Worst writing tip? “Write what you know.” I’ve never time travelled to Tudor England but I try not to let that stand in my way! This is where you let your imagination – and research – take flight!

Elaine Everest (Wartime at Woolworths)

Always treat your writing as a job and be as professional as possible. Don’t listen to people who talk about ‘writers block’ or you will end up making excuses not to write. If you are someone who has problems starting to write each morning, finish half way through a paragraph the night before, that way you are able to get stuck in straight away. Also, keep a pile of index cards by your computer, each having a line about a scene for your book. Alongside these and your novel outline you should have no problem getting started straight after breakfast.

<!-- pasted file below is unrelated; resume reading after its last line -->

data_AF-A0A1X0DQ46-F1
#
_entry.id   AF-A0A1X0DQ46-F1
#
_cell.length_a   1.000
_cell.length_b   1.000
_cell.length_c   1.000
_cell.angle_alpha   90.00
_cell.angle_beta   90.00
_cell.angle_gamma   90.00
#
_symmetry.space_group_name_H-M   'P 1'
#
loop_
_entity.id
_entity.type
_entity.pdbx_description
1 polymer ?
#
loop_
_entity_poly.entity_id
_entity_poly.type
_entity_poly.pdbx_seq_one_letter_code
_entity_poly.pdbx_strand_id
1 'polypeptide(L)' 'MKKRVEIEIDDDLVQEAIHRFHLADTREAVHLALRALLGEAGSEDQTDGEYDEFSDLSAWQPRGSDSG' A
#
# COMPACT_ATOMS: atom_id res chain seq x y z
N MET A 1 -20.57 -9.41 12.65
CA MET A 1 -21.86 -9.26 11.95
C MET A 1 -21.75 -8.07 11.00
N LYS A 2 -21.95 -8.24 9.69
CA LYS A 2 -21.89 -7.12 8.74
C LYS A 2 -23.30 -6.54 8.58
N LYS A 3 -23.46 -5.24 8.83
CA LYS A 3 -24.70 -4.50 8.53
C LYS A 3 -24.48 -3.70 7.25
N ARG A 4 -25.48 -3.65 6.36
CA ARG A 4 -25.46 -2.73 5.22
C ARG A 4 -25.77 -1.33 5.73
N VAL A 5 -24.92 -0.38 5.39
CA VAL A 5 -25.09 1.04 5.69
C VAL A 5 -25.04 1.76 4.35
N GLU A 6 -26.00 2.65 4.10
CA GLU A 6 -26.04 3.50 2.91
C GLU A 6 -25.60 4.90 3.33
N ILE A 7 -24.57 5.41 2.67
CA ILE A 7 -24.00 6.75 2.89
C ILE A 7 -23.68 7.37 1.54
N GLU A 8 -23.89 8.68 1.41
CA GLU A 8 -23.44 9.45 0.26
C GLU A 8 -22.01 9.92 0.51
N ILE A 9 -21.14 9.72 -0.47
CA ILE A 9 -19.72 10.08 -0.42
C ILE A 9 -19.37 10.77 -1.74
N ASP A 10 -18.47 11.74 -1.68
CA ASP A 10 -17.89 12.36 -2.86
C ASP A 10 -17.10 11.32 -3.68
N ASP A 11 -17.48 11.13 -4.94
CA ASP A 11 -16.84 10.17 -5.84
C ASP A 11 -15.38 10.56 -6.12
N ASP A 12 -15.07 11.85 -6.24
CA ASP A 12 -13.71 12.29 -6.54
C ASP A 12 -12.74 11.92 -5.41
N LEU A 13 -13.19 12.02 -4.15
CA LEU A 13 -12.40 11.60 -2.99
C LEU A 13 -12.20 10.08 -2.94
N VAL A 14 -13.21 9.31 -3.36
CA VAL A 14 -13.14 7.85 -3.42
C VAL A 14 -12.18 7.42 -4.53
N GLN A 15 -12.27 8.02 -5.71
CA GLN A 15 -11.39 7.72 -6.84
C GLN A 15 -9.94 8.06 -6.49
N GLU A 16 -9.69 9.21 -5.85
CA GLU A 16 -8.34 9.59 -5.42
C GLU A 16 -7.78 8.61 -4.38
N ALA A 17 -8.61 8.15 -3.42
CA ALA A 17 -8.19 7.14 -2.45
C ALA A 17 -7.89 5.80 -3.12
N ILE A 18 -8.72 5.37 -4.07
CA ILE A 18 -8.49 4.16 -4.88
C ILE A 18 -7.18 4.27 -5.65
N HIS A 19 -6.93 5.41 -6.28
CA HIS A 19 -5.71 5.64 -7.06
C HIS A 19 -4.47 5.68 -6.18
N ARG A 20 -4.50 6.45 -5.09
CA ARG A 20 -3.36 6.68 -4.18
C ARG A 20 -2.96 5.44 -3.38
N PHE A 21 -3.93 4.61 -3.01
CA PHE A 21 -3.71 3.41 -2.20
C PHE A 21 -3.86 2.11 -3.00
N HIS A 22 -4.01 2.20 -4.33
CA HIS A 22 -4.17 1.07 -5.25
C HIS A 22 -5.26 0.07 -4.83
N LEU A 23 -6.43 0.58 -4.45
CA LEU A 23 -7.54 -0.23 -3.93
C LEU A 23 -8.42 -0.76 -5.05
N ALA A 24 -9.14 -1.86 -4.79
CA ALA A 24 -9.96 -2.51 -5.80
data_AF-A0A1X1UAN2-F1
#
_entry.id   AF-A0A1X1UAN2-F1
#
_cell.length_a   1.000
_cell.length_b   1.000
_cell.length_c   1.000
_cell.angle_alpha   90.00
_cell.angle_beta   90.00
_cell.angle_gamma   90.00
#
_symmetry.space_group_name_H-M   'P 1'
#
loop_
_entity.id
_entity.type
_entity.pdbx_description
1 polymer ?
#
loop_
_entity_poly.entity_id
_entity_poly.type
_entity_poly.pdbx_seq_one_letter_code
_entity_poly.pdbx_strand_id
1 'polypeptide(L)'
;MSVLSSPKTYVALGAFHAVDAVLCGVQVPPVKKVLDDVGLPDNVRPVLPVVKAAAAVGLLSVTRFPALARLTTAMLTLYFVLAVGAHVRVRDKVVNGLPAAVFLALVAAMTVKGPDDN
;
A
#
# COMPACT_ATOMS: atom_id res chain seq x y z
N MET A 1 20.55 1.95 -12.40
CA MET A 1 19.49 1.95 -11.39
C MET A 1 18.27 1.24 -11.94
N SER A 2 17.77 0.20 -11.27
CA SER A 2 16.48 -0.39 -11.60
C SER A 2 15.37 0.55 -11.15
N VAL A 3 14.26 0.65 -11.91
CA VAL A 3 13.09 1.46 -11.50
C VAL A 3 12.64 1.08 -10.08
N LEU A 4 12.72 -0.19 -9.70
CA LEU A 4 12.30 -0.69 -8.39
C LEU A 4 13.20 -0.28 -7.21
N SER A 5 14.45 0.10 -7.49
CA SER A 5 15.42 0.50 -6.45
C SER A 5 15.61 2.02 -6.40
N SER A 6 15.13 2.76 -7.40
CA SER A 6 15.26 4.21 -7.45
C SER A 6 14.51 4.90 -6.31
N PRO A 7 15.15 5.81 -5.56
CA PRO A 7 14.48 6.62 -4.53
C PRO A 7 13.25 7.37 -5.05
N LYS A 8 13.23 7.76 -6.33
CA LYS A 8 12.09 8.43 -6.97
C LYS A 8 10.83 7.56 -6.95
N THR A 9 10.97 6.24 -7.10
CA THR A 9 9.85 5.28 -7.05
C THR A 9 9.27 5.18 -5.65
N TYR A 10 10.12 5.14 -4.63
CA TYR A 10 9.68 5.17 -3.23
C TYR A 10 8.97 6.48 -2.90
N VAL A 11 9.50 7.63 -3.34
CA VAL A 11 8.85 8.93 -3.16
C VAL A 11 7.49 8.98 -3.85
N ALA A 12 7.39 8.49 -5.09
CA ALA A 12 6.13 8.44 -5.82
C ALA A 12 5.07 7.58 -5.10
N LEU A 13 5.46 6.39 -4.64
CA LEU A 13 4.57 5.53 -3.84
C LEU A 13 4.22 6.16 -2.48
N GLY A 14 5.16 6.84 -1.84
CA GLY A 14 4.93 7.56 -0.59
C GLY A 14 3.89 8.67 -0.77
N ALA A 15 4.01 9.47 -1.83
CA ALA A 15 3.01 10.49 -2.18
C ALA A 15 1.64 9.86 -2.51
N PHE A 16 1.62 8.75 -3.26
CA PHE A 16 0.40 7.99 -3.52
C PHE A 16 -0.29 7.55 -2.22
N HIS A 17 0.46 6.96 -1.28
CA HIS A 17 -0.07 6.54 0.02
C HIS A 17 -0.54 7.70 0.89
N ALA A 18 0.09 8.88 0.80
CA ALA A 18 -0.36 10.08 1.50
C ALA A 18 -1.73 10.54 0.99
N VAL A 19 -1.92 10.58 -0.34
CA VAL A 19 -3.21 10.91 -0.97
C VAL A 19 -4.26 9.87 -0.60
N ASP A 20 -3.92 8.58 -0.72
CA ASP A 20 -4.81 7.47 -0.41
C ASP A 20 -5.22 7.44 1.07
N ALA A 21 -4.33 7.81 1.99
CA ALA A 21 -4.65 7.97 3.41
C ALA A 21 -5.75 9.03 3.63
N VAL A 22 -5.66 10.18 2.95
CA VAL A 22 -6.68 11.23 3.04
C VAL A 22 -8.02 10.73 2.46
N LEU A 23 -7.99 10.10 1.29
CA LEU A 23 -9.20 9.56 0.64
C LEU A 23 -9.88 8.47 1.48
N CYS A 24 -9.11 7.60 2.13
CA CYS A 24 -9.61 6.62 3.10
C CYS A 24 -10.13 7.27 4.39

Marius Gabriel (The Ocean Liner)

Nobody has ever given me a tip about writing. Not once in forty years. No hints, no advice, no pointers, no clues, nothing, nada, zip.

But here is my bit of self-taught advice, distilled from forty years of mistakes, discoveries, failures, successes and the occasional unmitigated disaster,

There are two ways of writing a book. Think about it a LOT, then write it fast. Or start without thinking about it, and be prepared to spend years groping in the dark.

That’s it.

Oh, and good luck!!

Fiona Harper (The Memory Collector)

The worst writing advice I’ve had is anything that was too prescriptive i.e. you MUST do it this way or that way, because we all have such different writing processes, and what works brilliantly for one writer may be the kiss of death to another!